|Número de publicación||US6034163 A|
|Tipo de publicación||Concesión|
|Número de solicitud||US 08/995,178|
|Fecha de publicación||7 Mar 2000|
|Fecha de presentación||22 Dic 1997|
|Fecha de prioridad||22 Dic 1997|
|También publicado como||CA2315076A1, CA2315076C, DE69723887D1, DE69723887T2, EP1040081A1, EP1040081B1, WO1999032403A1|
|Número de publicación||08995178, 995178, US 6034163 A, US 6034163A, US-A-6034163, US6034163 A, US6034163A|
|Inventores||Robert Boyd Barbee, James Christopher Matayabas, Jr., Jack Wesley Trexler, Jr., Rodney Layne Piner|
|Cesionario original||Eastman Chemical Company|
|Exportar cita||BiBTeX, EndNote, RefMan|
|Citas de patentes (26), Otras citas (4), Citada por (144), Clasificaciones (11), Eventos legales (7)|
|Enlaces externos: USPTO, Cesión de USPTO, Espacenet|
Polyesters such as poly(ethylene terephthalate) (PET) are widely used in bottles and containers which are used for carbonated beverages, fruit juices, and certain foods. Because of the limited barrier properties with regard to oxygen, carbon dioxide and the like, PET containers are not generally used for products requiring long shelf life. It would therefore be desirable to provide improved barrier properties.
This invention relates to polyester composite materials having improved barrier. The polyester composite materials of this invention are useful for forming packages that have improved gas barrier properties. Containers made from these polyester composite materials are ideally suited for protecting consumable products, such as foodstuffs, soft drinks, and medicines.
A. Usuki, M. Kato, A. Okada, T. Kurauchi, J. Appl. Polym. Sci. 63 137(1997) describes a polypropylene composite that is made by melt mixing polypropylene with an organoclay that has been expanded with a polyolefin oligomer.
Y. Kurokawa, H. Yasuda, A. Oya, J. Mater. Sci. Letters. 15, 1481 (1996) describes a polypropylene composite that is made by copolymerizing diacetone acrylamide and maleic acid modified-polypropylene in the presence of an organoclay and melt mixing with polypropylene.
T. J. Pinnavaia and Tie Lan, Chem. Mater. 6, 2216 (1994) describes organoclays that have been expanded with epoxy resin monomers.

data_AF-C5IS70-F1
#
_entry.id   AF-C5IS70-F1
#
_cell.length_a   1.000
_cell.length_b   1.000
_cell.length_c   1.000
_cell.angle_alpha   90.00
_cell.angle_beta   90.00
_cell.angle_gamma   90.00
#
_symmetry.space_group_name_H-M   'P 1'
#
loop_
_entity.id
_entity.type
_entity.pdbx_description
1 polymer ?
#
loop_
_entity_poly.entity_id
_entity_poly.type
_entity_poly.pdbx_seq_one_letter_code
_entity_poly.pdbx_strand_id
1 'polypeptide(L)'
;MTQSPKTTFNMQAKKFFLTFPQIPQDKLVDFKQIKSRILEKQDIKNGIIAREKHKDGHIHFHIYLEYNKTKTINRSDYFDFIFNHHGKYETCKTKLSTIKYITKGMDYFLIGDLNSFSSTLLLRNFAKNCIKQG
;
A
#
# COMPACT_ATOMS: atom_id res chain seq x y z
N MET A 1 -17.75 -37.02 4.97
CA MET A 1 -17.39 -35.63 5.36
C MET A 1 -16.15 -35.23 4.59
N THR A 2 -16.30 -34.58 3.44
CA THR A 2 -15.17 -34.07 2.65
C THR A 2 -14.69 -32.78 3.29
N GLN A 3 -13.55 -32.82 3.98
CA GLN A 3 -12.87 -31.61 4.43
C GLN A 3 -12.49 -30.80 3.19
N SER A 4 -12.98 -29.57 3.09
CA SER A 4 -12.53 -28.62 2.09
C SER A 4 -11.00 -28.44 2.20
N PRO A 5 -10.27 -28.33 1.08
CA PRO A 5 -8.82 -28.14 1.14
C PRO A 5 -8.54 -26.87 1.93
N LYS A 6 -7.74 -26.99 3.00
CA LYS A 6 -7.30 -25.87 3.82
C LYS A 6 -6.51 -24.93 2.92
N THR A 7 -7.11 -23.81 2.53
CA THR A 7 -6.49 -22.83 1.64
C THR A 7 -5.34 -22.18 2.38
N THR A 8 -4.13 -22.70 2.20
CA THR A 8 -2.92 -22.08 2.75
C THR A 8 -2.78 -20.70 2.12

M. Kawasumi, N. Hasegawa, M. Kato, A Usuki, and A. Okada, Macromolecules, 30, 6333 (1997) describes a polypropylene composite that its made by simple melt-mixing of polypropylene, maleic anhydride modified polypropylene oligomers, and clays intercalated with stearylammonium ion.
U.S. Pat. No. 4,739,007 discloses polyamide composite materials containing layered clay mineral intercalated with organic onium salts.
U.S. Pat. No. 5,164,460 discloses polyimide composite materials containing layered clay mineral intercalated with organic onium salts.
WO 93/04118 relates to a process for forming polymeric composites which are comprised of platelet particles containing organic onium salts and dispersed in a polymeric matrix.
U.S. Pat. Nos. 5,336,647 and 5,429,999 describe the preparation of layered clays containing polyalkoxylated ammonium salts. Use of these clays in polyesters was not recognized.
Among the numerous patents that describe the preparation of layered clays containing ammonium salts are U.S. Pat. Nos. 2,531,427; 2,966,506; 4,081,496; 4,105,578; 4,116,866; 4,208,218; 4,391,637; 4,410,364; 4,412,018; 4,434,075; 4,434,076; 4,450,095; 4,517,112; 4,677,158; 4,769,078; 5,110,501; and 5,334,241.
This invention relates to polyester composite materials which are comprised of a polyester polymer and a pre-swelled layered organoclay material.
Specifically, the present invention relates to a composition comprising a polymer having dispersed therein at least one pre-swelled organoclay material comprising.
A layered clay material which has been cation exchanged with an organic cation salts represented by Formula I: ##STR2## wherein M represents either nitrogen or phosphorous; X- represents an anion selected from the group consisting of halogen, hydroxide, or acetate anions, preferably chloride and bromide; R1 is selected from the group consisting of straight and branched alkyl groups having at least 8 carbon atoms; R2, R3, and R4 are independently selected from straight or branched alkyl groups having 1 to four carbon atoms; and at least one expanding agent which is compatible with said polymer.
Another embodiment of the present invention is a polyester composite comprising at least one polyester having dispersed therein up to about 30 weight percent of an expanded organoclay comprising
(a) 20 to 80 weight percent of a swellable layered silicate clay such as montmorillonite that has been ion exchanged with an onium salt having one substituent selected from the group consisting of straight and branched alkyl groups having at least 8 carbon atoms and
(b) 80 to 20 weight percent of at least one expanding agent.
Although some enhancement of barrier of a polyester occurs by incorporation of an organoclay itself, it was found unexpectedly that a greater improvement in barrier occurred when the organoclay was pre-swelled with an expanding agent.